HR and Furniture

Normally, I agree with everything Laurie Ruettimann says.  Not because I’m a robot, but because she’s right 99% of the time.  .9% of the time we just see things through different lenses.

And .1% of the time we just disagree.

And this falls in that .1%.

I think that when you’re in HR you have to speak the language of business.  I think speaking HR in business is the kiss of death – or irrelevance, which is really the same thing.

It’s not about furniture, it’s about influence.  And when you’re influential you speak the language of those you influence.

Business people are everywhere in organizations.  They’re in Finance (where they speak finance and business).  They’re in Marketing (where they speak marketing and business).  They’re in Operations (where they speak operations and business).  They’re in R&D (where they speak r&d and business).  They’re in Sales (where they speak sales and business).  They’re in IT (where they speak technology and business).

Business people are most definitely at the top of the organization where the only language spoken is business.  So if you want to influence the people at the top of the organization – all those people whose job titles start with a great big “C” — you have to speak to them in their language, not yours.

This quote from Frank Romer says it all:

People will sit up and take notice of you if you will sit up and take notice of what makes them sit up and take notice.

The bottom line is that language is important.  Using language your target audience doesn’t understand ensures that you won’t be understood.  It also ensures that you will have no influence.  None.  Zero.

So if HR is to be influential and interact with a certain type of furniture it has to be fluent in the language of business.

Actually, I’m pretty sure Laurie Ruettimann will agree with me.

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18 Comments

Filed under Business Language, Business Success, HR, Leadership

18 responses to “HR and Furniture

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  9. Great post, China. I’m always shocked that HR doesn’t “have a seat at the table.” If 75% of an organization’s value comes from the people (according to Towers Watson), and “people” are considered to be the domain of HR, then why doesn’t the senior executive team see the value in HR coming to the table?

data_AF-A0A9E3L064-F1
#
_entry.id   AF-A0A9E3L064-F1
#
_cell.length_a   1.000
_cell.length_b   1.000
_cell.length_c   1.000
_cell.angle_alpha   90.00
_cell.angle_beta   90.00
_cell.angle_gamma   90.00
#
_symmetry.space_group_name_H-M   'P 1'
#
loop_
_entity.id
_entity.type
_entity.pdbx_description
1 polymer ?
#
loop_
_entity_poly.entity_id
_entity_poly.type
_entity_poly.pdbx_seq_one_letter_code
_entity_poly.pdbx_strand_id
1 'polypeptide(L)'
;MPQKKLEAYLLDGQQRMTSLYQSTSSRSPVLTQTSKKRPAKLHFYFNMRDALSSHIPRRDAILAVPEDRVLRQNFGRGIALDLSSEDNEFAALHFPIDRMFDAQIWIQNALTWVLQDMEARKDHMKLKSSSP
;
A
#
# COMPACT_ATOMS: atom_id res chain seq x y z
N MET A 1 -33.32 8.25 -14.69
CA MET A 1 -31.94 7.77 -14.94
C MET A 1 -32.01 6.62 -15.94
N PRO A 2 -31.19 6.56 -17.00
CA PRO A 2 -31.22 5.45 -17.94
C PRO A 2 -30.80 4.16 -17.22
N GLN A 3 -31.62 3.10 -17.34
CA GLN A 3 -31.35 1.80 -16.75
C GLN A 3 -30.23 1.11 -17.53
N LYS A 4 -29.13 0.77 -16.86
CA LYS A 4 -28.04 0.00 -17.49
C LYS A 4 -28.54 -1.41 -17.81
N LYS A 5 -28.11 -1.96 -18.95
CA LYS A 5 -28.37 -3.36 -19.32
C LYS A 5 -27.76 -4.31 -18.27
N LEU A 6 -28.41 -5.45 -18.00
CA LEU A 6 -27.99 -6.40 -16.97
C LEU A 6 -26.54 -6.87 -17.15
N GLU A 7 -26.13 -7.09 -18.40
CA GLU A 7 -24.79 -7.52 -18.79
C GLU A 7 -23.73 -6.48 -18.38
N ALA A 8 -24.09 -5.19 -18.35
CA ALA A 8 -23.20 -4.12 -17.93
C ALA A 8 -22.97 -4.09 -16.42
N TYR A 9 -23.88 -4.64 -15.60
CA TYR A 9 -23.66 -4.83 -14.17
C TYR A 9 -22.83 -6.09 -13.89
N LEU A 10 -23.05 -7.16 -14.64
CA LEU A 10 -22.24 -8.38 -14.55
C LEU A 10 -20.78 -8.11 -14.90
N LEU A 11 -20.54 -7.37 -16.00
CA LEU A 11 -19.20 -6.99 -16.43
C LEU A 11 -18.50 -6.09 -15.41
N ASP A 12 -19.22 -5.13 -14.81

I suggest HR needs to bring stronger metrics and reports to show progress (or needed areas of improvement) in a way the CEO cares about. Reporting statistics on the number of managers who failed once again to complete performance reviews in a timely manner isn’t going to cut it. What kind of metrics am I talking about?

    * Proof of employee understanding of critical company values, such that they are living the values in their daily work
    * Proof of how that can hit the bottom line (e.g., the R&D department showing very low results for the value of “Innovative Thinking”)
    * More clear and easy identification of hidden high performers across the organization.
    * The ability to target these high performers based on critical skills and behaviors at a moment’s notice
    * How leadership can proactively manage the company culture to raise up these hidden performers and address areas where values demonstration is low

    (Research citation and more on these concepts in my recent post: http://www.recognizethisblog.com/2011/09/what-are-you-bringing-to-%E2%80%9Cthe-table%E2%80%9D/

  10. Thaddeus Figlock

    All this table talk makes me think about Tabletalk pies and I like my pies, yum, yum, yum! Oh, what were we talking about?
    It is distracting. HR people talk so much about being at the table they become furnishings themselves, or waiters, or worse, the refreshment committee.
    Isn’t it a question about leadership and communication? There are good HR people going up the organizational chart, all the way to the top. Do they lose their voice when they enter the board rooms or executive suites? Do they ever come off the mountain and connect with the trench HR folk that are working to unite a profession within SHRM chapters and state councils and all over social media?

  11. I didn’t see the comments but wasn’t she being sarcastic?

  12. I did not hear the comments, but I am pretty confident that all this ‘seat at the table’ talk means someone needs to take a shot. Or two.

  13. I think she would agree. She is a talented writer and writers know if they want to get their point across they need to be understood.

  14. I’m sure she would as well China…I love the post, but don’t love the fact that there is no way for me to share the post from the post…..hmmm.

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